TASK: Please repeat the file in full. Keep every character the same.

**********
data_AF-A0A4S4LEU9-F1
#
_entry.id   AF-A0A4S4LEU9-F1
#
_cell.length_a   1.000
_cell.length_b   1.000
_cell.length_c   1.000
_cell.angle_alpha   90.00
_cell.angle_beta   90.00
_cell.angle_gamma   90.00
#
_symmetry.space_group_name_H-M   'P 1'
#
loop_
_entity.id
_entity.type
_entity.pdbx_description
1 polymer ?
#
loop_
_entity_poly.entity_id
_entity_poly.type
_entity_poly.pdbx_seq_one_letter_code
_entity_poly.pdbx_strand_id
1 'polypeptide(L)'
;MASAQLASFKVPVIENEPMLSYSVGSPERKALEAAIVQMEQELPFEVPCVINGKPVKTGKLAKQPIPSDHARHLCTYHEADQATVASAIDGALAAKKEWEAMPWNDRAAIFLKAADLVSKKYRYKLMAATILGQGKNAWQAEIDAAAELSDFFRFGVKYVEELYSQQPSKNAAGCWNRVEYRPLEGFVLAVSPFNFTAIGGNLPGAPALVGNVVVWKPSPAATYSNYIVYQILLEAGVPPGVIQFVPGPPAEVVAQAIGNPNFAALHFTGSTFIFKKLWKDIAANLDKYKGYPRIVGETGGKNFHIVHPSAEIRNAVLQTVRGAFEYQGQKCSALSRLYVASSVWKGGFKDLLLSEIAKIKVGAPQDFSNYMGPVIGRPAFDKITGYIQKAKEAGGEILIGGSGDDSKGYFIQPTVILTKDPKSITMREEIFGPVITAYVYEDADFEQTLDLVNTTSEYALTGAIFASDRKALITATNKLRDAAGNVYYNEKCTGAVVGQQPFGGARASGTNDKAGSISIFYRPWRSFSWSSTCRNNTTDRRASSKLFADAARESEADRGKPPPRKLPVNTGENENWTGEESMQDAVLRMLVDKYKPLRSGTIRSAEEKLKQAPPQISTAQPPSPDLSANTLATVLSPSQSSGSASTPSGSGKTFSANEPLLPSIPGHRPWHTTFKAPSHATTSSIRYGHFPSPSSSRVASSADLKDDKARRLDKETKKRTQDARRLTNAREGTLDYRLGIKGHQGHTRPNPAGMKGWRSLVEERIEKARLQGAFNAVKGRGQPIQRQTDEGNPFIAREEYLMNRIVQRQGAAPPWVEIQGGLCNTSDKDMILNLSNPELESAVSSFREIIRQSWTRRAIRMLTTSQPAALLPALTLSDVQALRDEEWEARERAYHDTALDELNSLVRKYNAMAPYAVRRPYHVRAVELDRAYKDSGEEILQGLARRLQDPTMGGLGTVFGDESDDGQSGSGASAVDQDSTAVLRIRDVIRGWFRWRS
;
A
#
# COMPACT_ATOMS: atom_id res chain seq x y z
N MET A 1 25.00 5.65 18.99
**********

data_AF-A0A4S4LEU9-F1
#
_entry.id   AF-A0A4S4LEU9-F1
#
_cell.length_a   1.000
_cell.length_b   1.000
_cell.length_c   1.000
_cell.angle_alpha   90.00
_cell.angle_beta   90.00
_cell.angle_gamma   90.00
#
_symmetry.space_group_name_H-M   'P 1'
#
loop_
_entity.id
_entity.type
_entity.pdbx_description
1 polymer ?
#
loop_
_entity_poly.entity_id
_entity_poly.type
_entity_poly.pdbx_seq_one_letter_code
_entity_poly.pdbx_strand_id
1 'polypeptide(L)'
;MASAQLASFKVPVIENEPMLSYSVGSPERKALEAAIVQMEQELPFEVPCVINGKPVKTGKLAKQPIPSDHARHLCTYHEADQATVASAIDGALAAKKEWEAMPWNDRAAIFLKAADLVSKKYRYKLMAATILGQGKNAWQAEIDAAAELSDFFRFGVKYVEELYSQQPSKNAAGCWNRVEYRPLEGFVLAVSPFNFTAIGGNLPGAPALVGNVVVWKPSPAATYSNYIVYQILLEAGVPPGVIQFVPGPPAEVVAQAIGNPNFAALHFTGSTFIFKKLWKDIAANLDKYKGYPRIVGETGGKNFHIVHPSAEIRNAVLQTVRGAFEYQGQKCSALSRLYVASSVWKGGFKDLLLSEIAKIKVGAPQDFSNYMGPVIGRPAFDKITGYIQKAKEAGGEILIGGSGDDSKGYFIQPTVILTKDPKSITMREEIFGPVITAYVYEDADFEQTLDLVNTTSEYALTGAIFASDRKALITATNKLRDAAGNVYYNEKCTGAVVGQQPFGGARASGTNDKAGSISIFYRPWRSFSWSSTCRNNTTDRRASSKLFADAARESEADRGKPPPRKLPVNTGENENWTGEESMQDAVLRMLVDKYKPLRSGTIRSAEEKLKQAPPQISTAQPPSPDLSANTLATVLSPSQSSGSASTPSGSGKTFSANEPLLPSIPGHRPWHTTFKAPSHATTSSIRYGHFPSPSSSRVASSADLKDDKARRLDKETKKRTQDARRLTNAREGTLDYRLGIKGHQGHTRPNPAGMKGWRSLVEERIEKARLQGAFNAVKGRGQPIQRQTDEGNPFIAREEYLMNRIVQRQGAAPPWVEIQGGLCNTSDKDMILNLSNPELESAVSSFREIIRQSWTRRAIRMLTTSQPAALLPALTLSDVQALRDEEWEARERAYHDTALDELNSLVRKYNAMAPYAVRRPYHVRAVELDRAYKDSGEEILQGLARRLQDPTMGGLGTVFGDESDDGQSGSGASAVDQDSTAVLRIRDVIRGWFRWRS
;
A
#
# COMPACT_ATOMS: atom_id res chain seq x y z
N MET A 1 25.00 5.65 18.99